The European Commission has launched an official antitrust investigation against Microsoft to find out whether the tech giant breached EU competition rules when it bundled its Teams software with its Office productivity suite.
“Remote communication and collaboration tools like Teams have become indispensable for many businesses in Europe,” said Margrethe Vestager, executive vice-president in charge of competition policy at the European Commission.
“We must therefore ensure that the markets for these products remain competitive, and companies are free to choose the products that best meet their needs. This is why we are investigating whether Microsoft’s tying of its productivity suites with Teams may be in breach of EU competition rules,” she added.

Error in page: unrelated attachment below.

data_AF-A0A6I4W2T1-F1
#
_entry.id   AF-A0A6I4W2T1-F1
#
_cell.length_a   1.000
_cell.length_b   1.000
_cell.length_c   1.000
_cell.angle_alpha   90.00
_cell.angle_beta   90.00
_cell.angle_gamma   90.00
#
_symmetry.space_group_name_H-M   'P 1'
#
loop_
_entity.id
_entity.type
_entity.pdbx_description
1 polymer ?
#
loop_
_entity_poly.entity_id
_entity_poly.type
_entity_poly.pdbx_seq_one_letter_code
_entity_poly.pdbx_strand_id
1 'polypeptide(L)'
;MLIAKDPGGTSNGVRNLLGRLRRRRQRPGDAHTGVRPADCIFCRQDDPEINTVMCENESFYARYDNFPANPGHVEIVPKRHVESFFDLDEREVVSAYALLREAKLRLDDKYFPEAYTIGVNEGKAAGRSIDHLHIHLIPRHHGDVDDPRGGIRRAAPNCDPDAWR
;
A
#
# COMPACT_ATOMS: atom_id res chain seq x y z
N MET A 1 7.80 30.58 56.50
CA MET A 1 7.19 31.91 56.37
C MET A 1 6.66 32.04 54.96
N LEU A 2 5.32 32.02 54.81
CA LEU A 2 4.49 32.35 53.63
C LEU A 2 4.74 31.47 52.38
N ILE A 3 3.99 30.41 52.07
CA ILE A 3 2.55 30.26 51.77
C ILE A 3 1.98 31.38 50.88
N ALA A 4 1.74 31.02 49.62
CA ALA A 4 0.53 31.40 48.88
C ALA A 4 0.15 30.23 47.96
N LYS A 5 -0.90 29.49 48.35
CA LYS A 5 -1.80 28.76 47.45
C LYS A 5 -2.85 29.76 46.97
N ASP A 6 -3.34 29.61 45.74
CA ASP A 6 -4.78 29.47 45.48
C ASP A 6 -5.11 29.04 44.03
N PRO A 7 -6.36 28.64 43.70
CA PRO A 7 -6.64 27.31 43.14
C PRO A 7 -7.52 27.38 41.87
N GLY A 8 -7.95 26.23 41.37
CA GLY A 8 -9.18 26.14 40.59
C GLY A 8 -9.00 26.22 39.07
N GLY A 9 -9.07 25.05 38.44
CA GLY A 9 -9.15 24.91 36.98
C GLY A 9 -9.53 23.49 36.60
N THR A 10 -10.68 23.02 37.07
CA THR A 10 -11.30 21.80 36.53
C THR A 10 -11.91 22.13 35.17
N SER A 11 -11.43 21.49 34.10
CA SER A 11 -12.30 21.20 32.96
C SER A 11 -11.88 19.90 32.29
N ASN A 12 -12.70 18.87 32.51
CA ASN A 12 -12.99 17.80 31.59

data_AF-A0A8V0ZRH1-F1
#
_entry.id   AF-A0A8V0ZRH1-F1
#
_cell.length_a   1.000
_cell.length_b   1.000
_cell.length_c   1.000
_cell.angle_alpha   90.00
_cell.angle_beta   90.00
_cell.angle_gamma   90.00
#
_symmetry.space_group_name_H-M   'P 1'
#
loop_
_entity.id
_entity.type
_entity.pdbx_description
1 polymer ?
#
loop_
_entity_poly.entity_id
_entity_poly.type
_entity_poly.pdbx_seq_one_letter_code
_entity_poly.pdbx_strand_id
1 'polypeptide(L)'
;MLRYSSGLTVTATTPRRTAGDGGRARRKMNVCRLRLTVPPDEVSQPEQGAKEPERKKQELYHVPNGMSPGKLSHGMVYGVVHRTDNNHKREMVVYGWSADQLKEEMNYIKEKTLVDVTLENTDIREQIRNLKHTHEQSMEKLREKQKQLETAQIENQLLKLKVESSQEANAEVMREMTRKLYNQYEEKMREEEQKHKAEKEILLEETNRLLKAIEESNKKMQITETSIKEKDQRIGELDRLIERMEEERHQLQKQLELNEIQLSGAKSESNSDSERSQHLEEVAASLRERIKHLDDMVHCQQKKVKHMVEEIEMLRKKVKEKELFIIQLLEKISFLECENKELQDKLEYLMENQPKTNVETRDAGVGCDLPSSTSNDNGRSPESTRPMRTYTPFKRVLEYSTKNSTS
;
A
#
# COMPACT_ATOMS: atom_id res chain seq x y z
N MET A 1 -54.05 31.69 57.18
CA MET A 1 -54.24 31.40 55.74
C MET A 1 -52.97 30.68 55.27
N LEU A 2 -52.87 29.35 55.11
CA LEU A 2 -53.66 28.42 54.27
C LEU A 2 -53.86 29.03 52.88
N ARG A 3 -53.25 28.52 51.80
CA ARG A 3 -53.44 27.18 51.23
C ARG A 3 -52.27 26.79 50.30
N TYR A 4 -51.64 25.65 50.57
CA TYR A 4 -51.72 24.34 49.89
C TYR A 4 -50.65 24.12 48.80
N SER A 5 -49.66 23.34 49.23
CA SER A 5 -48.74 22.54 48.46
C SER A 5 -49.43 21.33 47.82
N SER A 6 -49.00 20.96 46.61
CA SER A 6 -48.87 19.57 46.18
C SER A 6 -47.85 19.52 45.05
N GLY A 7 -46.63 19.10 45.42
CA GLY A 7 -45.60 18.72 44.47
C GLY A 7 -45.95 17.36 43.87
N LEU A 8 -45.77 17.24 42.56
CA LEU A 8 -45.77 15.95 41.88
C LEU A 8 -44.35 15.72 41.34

The investigation stems from a 2020 complaint by Salesforces’s messaging app, Slack, that accused Microsoft of illegally tying the Teams video conferencing tool to Office, forcing millions to install it and blocking its removal during the height of the Covid-19 pandemic when most businesses turned to remote working.
Although Microsoft reportedly offered to stop bundling Teams with Office, insiders have said that regulators and the tech giant couldn’t agree on whether it was enough to ensure fair competition, leading to the formal investigation.
In a statement to The Verge, the tech giant said that they respect the Commission’s work and asserted that they take their responsibilities seriously.
“We will continue to cooperate with the Commission and remain committed to finding solutions that will address its concerns,” said Microsoft spokesperson Robin Koch.
The antitrust investigation is the first against Microsoft in the EU in over a decade. In 2009, the EU looked into the bundling of Internet Explorer with Windows, while in 2004, the Commission ordered the tech giant to offer a version of Windows that did not include Media Player.